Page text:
Getting an MRI With Fibromyalgia or Chronic Fatigue Syndrome

If you have fibromyalgia or chronic fatigue syndrome, there are a few things you should know—and do—before you go in for a magnetic resonance imaging (MRI) test. It's unlikely that you'll need an MRI for a diagnosis of fibromyalgia or chronic fatigue syndrome unless your particular set of symptoms is similar to that of a neurological illness that requires evaluation with an MRI.

You may also need an MRI at some point to diagnose an injury or a different illness.

Several effects of fibromyalgia and chronic fatigue syndrome can make an MRI, especially of the brain, difficult.

These issues include:

With proper planning, though, you may be able to avoid a lot of problems.

Doctor and patient in radiology lab
Cultura RM Exclusive/Sigrid Gombert / Getty Images

What Is an MRI?

An MRI scan is used for a lot of different things. It helps healthcare providers diagnose soft-tissue injuries, spinal problems, vascular abnormalities, gastrointestinal problems, and diseases or abnormalities of the brain.

An MRI machine uses magnets and radio waves to create images of structures inside your body, and then sends the images to a computer. In most machines, you lie on a bed that slides into and out of a tube, which is a big doughnut-like structure that holds the magnets.

During a brain MRI, your head will be immobilized in a cage-like contraption with an opening over your face so you can see and breathe. The sides of the opening are padded and designed to hold you snugly in place.

During the test, the magnets spin around you, and loud sounds send radio waves through the body part being scanned. It's not a quick test—it can last anywhere from 10 minutes to more than two hours, depending on which part of your body is being scanned and why.

Contraindications to an MRI scan include having an insulin pump, a pacemaker, or any metal in your eye. Prior to doing the procedure, the imaging center should review your medical history to make sure that it is safe for you.

Considerations for Fibromyalgia and Chronic Fatigue Syndrome

Several aspects of the MRI process can be challenging if you have fibromyalgia or chronic fatigue syndrome.

The first thing you should do is let your healthcare provider know if you have problems with anxiety, pain, staying still, or claustrophobia. Some facilities have MRI machines with different designs that are quieter and less confining. And some facilities have open MRI machines, which might be an option for you.

Your practitioner may know of one or, with a few phone calls, you may be able to find out if there's one in your area. Be sure to check whether your insurance will cover it.

You need to discuss any special concerns you have with your healthcare provider In advance. Additionally, let the staff know of any concerns you have before the scan begins. They may know of other ways to help you get through it.

Here are some steps to take to ease anxiety or other sensitivity problems:

  • If you have anxiety issues or claustrophobia, talk to your healthcare provider about medication options when they order an MRI for you. Some practitioners may give you an anti-anxiety drug like Xanax (alprazolam) or Valium (diazepam) to take before your test.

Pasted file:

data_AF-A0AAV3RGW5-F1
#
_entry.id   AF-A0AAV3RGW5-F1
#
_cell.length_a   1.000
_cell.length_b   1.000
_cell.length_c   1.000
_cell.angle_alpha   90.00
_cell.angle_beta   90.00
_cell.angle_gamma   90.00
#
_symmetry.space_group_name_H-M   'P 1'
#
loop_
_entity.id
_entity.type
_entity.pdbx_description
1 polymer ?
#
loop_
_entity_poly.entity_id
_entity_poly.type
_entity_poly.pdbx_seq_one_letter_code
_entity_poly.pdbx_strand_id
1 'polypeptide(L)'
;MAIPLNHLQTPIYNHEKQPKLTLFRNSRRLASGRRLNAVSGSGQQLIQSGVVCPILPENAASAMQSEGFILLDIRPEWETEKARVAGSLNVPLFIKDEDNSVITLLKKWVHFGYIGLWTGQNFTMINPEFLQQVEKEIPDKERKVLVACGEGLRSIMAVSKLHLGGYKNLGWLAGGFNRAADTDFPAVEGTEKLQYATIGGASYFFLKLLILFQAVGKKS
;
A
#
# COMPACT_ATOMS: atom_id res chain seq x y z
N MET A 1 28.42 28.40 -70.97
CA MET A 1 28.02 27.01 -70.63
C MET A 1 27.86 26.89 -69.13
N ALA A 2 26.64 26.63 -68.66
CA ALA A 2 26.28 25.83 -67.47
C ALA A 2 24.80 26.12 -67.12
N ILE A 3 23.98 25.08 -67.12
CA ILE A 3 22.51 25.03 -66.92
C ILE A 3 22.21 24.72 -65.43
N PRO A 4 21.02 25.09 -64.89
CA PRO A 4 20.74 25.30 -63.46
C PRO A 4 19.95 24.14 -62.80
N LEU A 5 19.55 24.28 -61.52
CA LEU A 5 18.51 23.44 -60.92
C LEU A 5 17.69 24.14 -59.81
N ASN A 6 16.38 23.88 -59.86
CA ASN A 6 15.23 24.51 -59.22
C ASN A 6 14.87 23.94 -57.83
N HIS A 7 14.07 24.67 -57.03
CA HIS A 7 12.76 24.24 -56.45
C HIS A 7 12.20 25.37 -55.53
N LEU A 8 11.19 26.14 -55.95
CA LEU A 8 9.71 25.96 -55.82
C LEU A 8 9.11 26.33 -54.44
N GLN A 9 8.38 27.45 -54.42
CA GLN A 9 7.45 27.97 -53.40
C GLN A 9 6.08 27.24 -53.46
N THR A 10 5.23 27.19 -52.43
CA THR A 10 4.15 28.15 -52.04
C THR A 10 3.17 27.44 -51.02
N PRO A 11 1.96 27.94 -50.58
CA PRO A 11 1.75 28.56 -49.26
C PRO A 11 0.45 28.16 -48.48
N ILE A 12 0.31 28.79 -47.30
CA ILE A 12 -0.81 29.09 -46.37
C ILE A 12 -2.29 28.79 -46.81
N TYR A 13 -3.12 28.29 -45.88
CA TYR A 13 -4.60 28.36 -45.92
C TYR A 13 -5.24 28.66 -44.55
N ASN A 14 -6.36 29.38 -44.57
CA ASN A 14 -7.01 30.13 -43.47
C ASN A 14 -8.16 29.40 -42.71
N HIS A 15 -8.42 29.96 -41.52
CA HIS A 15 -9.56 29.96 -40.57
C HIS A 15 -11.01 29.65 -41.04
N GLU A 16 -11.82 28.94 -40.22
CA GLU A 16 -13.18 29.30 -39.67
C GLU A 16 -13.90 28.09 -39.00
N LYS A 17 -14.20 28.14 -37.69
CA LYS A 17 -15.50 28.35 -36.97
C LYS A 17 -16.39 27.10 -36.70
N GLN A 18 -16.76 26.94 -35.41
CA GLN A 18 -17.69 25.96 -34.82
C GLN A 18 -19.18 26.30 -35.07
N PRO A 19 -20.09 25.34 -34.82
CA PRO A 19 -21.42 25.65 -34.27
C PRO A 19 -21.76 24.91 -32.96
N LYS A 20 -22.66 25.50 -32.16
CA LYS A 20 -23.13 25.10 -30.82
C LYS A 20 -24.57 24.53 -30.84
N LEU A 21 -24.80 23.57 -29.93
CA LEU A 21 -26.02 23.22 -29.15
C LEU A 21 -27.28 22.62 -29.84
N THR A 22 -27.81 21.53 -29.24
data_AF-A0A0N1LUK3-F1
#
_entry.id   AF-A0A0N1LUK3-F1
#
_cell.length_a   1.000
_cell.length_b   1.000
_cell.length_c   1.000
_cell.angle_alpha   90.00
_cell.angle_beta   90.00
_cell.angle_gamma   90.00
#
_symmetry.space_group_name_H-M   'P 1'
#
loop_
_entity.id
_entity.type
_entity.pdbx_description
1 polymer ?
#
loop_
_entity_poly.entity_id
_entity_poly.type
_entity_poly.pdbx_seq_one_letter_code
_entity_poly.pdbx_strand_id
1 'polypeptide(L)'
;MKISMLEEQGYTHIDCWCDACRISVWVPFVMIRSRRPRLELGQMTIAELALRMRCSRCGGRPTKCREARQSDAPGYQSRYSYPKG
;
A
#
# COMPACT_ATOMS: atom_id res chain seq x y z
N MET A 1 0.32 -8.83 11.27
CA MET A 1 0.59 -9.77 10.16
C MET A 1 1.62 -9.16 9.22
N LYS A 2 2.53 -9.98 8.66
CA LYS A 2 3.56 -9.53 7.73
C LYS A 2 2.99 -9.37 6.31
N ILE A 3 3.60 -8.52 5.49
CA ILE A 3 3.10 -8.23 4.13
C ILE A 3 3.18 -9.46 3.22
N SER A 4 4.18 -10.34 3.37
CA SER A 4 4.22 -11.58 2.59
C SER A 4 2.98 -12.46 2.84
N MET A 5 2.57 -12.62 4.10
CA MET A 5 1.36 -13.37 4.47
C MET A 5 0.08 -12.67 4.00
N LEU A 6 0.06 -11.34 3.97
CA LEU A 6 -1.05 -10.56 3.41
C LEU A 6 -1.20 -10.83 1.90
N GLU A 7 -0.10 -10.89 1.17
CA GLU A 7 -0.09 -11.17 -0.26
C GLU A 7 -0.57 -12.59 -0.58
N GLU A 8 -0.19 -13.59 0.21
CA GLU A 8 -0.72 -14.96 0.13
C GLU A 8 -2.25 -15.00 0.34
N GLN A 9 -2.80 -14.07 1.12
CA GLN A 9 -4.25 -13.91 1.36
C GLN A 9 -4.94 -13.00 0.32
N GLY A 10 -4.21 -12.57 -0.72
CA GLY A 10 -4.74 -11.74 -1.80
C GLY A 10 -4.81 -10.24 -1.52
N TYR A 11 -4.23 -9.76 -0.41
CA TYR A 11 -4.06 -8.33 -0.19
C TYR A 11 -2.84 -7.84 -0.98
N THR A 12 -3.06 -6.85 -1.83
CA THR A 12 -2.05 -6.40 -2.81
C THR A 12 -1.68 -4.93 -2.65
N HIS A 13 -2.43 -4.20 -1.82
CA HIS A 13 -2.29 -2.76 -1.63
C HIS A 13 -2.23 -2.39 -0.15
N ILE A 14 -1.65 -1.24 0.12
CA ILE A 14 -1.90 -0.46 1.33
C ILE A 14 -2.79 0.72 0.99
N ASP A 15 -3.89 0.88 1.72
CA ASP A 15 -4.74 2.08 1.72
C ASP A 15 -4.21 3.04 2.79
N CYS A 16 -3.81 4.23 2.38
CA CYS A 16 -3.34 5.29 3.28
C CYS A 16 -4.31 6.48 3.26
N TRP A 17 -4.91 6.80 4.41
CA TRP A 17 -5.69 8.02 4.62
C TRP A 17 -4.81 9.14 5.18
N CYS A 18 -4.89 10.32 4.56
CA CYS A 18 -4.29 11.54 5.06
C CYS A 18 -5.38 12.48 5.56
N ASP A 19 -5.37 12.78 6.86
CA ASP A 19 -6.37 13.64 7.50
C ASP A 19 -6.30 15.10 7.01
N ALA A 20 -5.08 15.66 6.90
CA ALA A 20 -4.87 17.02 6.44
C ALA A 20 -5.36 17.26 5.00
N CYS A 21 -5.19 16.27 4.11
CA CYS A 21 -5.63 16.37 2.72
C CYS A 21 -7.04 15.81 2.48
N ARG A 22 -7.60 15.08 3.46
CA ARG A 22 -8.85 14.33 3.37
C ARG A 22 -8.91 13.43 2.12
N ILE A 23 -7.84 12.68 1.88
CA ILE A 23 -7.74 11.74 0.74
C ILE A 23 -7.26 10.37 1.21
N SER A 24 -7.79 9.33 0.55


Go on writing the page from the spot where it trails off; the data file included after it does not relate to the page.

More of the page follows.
• Tell your provider if you have severe issues with noise sensitivity. You will be given earplugs, but the noise can still be aggravating, and they may recommend additional noise-canceling headgear for you.
  • For people with severe anxiety or claustrophobia, sedation might be an option. Make sure you discuss this with your healthcare provider and the facility ahead of time. Sedation is generally safe, but there is a slight risk of an adverse effect, such as breathing difficulties. Don't just show up and ask to be sedated, or they may not be able to accommodate you. Not all facilities offer this, either.
  • Lying on a hard surface, pressure against your arms and abdomen, and being still for so long may be a problem for those with hyperalgesia and allodynia. Pain medication before the MRI may make it more comfortable for you. If you're also being sedated or taking something for anxiety, make sure to check about interactions with your pain meds.

Take a few seconds to mentally calm yourself before going into the tube. If they offer a towel or other covering over your face, accept it. Seeing how little space is between your face and the tube may trigger panic.

Arrange for a ride home after your test. Even if you're not sedated or heavily medicated, you might not be able to drive safely afterward.

3 Sources
Verywell Health uses only high-quality sources, including peer-reviewed studies, to support the facts within our articles. Read our editorial process to learn more about how we fact-check and keep our content accurate, reliable, and trustworthy.
  1. Davis KD, Flor H, Greely HT, et al. Brain imaging tests for chronic pain: medical, legal and ethical issues and recommendationsNat Rev Neurol. 2017 Sep;13(10):624-638. doi:10.1038/nrneurol.2017.122

  2. Nordbeck P, Ertl G, Ritter O. Magnetic resonance imaging safety in pacemaker and implantable cardioverter defibrillator patients: how far have we come?Eur Heart J. 2015;36(24):1505-1511. doi:10.1093/eurheartj/ehv086

  3. Uffman JC, Tumin D, Raman V, Thung A, Adler B, Tobias JD. Mri utilization and the associated use of sedation and anesthesia in a pediatric ACOJournal of the American College of Radiology. 2017 Jul;14(7):924-930. doi:10.1016/j.jacr.2017.01.025

By Adrienne Dellwo
Adrienne Dellwo is an experienced journalist who was diagnosed with fibromyalgia and has written extensively on the topic.